Home | Blog | Java | Jokes | Poems | Musings | Site Map | Kudos | Downloads | Useful Sites | Interesting | System Setup | Contact

Home Page

AKGBackup - The backup program

            

 

Section 1 :Declaration and Access Control


Declare classes, inner classes, methods, instance variables, static variables, and automatic (method local) variables making appropriate use of all permitted modifiers (such as public, final, static, abstract, and so forth). State the significance of each of these modifiers both singly and in combination, and state the effect of package relationships on declared items qualified by these modifiers.


Access Modifiers

abstract 

 

This applies to classes and methods.

 

A class must be declared abstract if any of the following conditions is true :

  • The class has any abstract methods.

  • The class inherits any abstract methods but does not implement them.

  • The class declares that it implements an interface but does not implement all of its methods.

In a way, abstract is the opposite to final. A final class cannot be sub-classed but an abstract class must be sub-classed. An abstract class can have non-abstract methods.

 

When applied to a method, it means that it has not been implemented in its class. Any other class extending this class must either implement the inherited abstract method or itself be declared abstract.

 

final

 

This applies to classes, methods and variables.

 

A variable can be declared as final. Doing so prevents its contents being changed. This means a final variable must be initialized when it is declared. It is common coding convention to choose all uppercase identifiers for Ďfinalí variables. Final variables do not occupy memory on a per-instance basis. Thus, it is essentially a constant. If a final variable is a reference to an object, it is the reference that must stay the same, not the object. It means that the reference cannot be assigned to some other object, but data of the object can be changed.

 

A final class cannot be sub-classed.

 

A final method cannot be overridden.

 

static

 

This can be applied to variables, methods and initializer blocks.

 

When applied to a variable, the variable belongs to the class itself and not to its objects. All the objects of the class share the variable. If you modify the value of a static variable in one object, the value gets changed for all the objects of the class since there is only one variable being shared among all the objects.

 

A static initializer block is executed when the class is loaded.

 

Methods declared static have several restrictions:

  • They can only call other static methods.

  • They must only access static data.

  • They cannot refer to Ďthisí or Ďsuperí in anyway.

  • A static method cannot be overridden to be non static.

 

native

 

It can be applied to methods only.

It indicates that the method body is to be found elsewhere i.e. outside the JVM, in a library. Native code is written in a non java language and compiled for a single target machine type.

 

transient

 

It applies only to variables. A transient variable is not stored as part of its objectís persistent state. Many objects, especially those implementing Serializable or Externalizable interfaces, can have their states serialized and written to some destination outside the JVM. This is done by passing the object to the writeObject() method of the ObjectOutputStream class. If the stream is chained to a file output stream, then the objectís state is written to a file. If the stream is chained to a socketís output stream then the objectís state is written to the network. In both cases, the object can be reconstituted by reading from an object input stream.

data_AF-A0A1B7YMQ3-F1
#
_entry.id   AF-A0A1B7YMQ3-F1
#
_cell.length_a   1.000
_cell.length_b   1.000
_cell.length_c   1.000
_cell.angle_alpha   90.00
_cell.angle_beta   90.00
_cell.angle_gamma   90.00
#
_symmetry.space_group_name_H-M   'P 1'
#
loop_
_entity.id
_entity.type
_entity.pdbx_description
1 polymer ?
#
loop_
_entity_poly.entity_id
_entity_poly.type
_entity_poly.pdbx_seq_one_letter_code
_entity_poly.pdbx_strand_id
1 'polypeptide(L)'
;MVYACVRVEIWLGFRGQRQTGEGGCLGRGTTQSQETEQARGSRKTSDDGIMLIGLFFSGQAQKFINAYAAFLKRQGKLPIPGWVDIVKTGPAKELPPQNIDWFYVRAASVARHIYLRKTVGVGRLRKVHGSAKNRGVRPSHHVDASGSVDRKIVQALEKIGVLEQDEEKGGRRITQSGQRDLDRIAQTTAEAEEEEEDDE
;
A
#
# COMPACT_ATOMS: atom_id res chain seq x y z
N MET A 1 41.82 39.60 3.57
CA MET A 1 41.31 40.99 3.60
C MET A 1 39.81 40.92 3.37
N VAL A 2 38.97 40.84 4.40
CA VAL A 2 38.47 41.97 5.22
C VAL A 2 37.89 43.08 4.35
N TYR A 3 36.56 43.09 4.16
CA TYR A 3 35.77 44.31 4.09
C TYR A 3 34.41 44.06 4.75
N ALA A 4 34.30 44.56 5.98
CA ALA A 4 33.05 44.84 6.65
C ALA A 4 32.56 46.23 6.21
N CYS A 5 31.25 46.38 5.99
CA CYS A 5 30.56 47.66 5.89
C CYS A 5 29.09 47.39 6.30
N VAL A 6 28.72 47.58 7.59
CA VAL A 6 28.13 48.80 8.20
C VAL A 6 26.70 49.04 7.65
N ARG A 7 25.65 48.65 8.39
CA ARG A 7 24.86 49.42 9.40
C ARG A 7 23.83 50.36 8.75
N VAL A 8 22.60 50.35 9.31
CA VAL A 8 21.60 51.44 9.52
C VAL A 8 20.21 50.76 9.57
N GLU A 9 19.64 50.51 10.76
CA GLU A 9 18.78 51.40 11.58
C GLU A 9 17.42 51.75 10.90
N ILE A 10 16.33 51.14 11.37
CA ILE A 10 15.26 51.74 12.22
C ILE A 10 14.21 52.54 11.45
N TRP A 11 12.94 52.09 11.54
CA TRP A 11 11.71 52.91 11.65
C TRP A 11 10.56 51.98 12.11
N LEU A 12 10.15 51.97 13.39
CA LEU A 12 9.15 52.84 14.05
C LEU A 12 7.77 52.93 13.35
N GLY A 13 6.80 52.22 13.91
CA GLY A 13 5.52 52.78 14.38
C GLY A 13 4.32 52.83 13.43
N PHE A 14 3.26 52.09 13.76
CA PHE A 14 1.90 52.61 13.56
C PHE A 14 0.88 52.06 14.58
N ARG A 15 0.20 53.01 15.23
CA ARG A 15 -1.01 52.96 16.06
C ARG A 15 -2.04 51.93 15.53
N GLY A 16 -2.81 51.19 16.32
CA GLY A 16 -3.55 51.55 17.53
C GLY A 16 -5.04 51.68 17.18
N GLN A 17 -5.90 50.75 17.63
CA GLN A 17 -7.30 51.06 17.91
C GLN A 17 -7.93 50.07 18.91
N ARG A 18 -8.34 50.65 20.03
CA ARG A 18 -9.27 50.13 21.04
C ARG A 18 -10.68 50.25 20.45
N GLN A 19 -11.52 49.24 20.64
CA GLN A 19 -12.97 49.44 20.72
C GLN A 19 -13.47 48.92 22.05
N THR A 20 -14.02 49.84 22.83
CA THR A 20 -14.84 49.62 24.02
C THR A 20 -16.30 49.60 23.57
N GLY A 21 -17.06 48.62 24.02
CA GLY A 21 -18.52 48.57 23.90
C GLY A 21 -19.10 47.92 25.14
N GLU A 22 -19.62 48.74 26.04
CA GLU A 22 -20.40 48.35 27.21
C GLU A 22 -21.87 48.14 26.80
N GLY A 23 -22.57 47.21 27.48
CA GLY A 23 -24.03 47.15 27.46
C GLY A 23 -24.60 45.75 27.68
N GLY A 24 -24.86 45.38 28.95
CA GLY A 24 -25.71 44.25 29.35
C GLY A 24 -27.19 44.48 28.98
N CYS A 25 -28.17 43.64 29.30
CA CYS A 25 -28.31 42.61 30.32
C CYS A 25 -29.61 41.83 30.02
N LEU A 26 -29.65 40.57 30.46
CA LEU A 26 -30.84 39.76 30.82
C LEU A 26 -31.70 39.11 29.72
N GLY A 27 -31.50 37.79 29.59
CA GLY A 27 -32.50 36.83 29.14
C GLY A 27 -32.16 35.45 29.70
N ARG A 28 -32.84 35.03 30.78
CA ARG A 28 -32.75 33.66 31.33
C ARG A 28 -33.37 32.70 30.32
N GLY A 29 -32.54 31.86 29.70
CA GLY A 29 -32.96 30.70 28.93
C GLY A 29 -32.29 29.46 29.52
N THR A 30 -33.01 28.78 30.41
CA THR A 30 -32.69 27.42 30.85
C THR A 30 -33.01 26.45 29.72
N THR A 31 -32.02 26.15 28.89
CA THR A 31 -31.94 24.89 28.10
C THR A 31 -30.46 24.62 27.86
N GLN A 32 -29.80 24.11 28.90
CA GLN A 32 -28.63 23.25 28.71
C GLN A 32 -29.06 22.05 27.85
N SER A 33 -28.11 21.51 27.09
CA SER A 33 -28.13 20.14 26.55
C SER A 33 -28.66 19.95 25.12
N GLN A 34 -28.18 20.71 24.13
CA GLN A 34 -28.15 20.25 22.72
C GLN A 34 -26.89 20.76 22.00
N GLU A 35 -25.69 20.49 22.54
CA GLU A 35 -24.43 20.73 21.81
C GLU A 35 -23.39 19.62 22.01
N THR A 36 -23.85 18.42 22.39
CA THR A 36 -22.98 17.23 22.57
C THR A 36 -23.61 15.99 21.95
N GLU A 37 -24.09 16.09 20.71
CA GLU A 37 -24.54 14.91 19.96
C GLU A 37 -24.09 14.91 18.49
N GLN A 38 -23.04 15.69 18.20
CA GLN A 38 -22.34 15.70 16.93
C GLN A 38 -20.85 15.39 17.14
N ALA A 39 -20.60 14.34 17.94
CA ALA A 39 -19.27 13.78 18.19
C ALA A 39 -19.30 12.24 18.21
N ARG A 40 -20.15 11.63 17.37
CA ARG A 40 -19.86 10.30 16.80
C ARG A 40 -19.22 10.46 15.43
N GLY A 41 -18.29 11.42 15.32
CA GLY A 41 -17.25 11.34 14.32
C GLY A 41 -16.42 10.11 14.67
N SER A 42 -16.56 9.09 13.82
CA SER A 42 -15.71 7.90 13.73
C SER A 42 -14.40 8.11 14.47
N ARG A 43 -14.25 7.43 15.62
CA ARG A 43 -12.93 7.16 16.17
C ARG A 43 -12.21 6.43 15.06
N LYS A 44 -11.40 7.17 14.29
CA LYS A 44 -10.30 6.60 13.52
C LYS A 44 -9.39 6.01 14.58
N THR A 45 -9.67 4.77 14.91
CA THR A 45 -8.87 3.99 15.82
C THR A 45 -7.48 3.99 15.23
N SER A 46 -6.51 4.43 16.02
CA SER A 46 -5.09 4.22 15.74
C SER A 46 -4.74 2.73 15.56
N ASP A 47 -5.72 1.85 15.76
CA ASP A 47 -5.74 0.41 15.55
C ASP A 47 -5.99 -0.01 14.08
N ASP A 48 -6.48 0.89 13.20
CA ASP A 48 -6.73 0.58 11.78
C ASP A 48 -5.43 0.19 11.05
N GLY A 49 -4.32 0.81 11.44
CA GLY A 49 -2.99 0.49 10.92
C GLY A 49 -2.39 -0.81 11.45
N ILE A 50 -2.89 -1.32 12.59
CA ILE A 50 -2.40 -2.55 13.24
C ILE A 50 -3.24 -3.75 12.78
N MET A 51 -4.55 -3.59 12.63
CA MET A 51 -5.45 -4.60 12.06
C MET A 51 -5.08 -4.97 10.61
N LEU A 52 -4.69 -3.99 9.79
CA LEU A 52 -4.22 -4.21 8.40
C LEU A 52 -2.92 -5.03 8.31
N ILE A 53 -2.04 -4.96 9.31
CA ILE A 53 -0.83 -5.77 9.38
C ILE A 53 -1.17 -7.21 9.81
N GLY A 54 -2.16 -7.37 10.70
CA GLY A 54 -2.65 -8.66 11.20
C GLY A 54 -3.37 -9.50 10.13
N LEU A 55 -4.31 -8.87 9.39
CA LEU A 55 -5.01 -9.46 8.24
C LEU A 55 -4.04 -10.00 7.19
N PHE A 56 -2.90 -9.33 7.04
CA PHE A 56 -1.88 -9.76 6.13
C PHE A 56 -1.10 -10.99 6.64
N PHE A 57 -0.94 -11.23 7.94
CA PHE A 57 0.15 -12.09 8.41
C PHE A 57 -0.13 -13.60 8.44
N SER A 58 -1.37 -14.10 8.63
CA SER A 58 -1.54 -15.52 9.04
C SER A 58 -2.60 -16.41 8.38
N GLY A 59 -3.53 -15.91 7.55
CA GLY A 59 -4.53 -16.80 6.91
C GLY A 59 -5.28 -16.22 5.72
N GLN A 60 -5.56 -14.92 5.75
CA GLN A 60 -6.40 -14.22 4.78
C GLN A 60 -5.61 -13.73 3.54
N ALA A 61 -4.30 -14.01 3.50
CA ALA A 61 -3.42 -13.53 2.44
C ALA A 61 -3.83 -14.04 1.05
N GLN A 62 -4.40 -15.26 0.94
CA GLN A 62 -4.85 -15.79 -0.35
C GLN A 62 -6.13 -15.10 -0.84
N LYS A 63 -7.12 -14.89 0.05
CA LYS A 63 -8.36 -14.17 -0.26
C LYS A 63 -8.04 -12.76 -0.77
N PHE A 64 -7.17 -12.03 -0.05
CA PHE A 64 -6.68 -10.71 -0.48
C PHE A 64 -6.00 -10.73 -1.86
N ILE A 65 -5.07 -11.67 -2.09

There will be times when an object will contain extremely sensitive data. Once an object is written to a  destination outside JVM, none of the Javaís elaborate security mechanisms is in effect. If you declare a variable transient, itís value will not be written out during serialization.

 

volatile

 

It is applied only to variables. It indicates that such variables might be modified asynchronously, so the compiler takes special precautions. Volatile variables are of interest in multi-processor environments.

 

public

 

A class, method or variable declared public can be accessed by any other code in a program.

 

private

 

This member can only be accessed by other members of its class.

 

default

 

when a member does not have an explicit access specification, it is visible to subclass as well as to other classes in the same package.

 

protected

 

This allows access from everywhere but except for different package non-subclass.

 

Note: You cannot combine some of these modifiers together. Some of the cases are:

  • No two access modifiers can be combined. Such as public private, protected public or private protected.

  • abstract and final.

  • Native methods cannot be abstract, or strictfp.

  • An abstract method cannot be static, final, synchronized, native, private, or strictfp.
     

 

 


section1-1 | section1-2 | section1-3 | section1-4

Sections : 1 | 2 | 3 | 4 | 5 | 6 | 7 | 8 | 9 | 10 | 11

 

 

 

 

Home | Blog | Java | Jokes | Poems | Musings | Site Map | Kudos | Downloads | Useful Sites | Interesting | System Setup | Contact  

Loading

 Number of Pages viewed on this site since January' 2003 : Hit Counter eXTReMe Tracker

For any queries, comments or suggestions, write to me .

This site never compromises your privacy, please read this site's privacy policy.